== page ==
Darek Fidyka, who was paralysed from the chest down in a knife attack in 2010, can now walk using a frame.
The treatment, a world first, was carried out by surgeons in Poland in collaboration with scientists in London.
BBC One’s Panorama programme had unique access to the project and spent a year charting the patient’s rehabilitation.
Darek Fidyka, 40, from Poland, was paralysed after being stabbed repeatedly in the back in the 2010 attack.
He said walking again – with the support of a frame – was “an incredible feeling”, adding: “When you can’t feel almost half your body, you are helpless, but when it starts coming back it’s like you were born again.”
Prof Geoff Raisman, chair of neural regeneration at University College London’s Institute of Neurology, led the UK research team.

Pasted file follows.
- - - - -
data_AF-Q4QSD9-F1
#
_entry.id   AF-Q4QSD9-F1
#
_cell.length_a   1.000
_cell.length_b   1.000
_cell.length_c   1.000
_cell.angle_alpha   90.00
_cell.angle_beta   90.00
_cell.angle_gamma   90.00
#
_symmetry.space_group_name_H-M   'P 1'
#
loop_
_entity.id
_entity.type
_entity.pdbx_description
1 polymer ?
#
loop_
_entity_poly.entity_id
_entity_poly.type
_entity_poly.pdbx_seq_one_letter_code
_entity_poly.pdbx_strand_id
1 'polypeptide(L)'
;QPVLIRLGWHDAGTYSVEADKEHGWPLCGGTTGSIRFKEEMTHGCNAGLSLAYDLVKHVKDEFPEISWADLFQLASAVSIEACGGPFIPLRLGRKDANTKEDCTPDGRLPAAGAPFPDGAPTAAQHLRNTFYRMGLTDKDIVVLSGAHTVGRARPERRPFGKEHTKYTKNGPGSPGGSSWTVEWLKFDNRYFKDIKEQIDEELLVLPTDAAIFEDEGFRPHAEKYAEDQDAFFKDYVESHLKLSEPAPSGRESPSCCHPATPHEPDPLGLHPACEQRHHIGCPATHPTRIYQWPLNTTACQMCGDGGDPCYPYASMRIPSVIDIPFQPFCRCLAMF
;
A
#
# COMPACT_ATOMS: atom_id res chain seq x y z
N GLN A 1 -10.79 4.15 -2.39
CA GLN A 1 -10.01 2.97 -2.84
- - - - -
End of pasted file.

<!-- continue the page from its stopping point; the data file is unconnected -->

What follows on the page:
He said what had been achieved was “more impressive than man walking on the moon”.
The treatment used olfactory ensheathing cells (OECs) – specialist cells that form part of the sense of smell.
OECs act as pathway cells that enable nerve fibres in the olfactory system to be continually renewed.
In the first of two operations, surgeons removed one of the patient’s olfactory bulbs and grew the cells in culture.
Two weeks later they transplanted the OECs into the spinal cord, which had been cut through in the knife attack apart from a thin strip of scar tissue on the right. They had just a drop of material to work with – about 500,000 cells.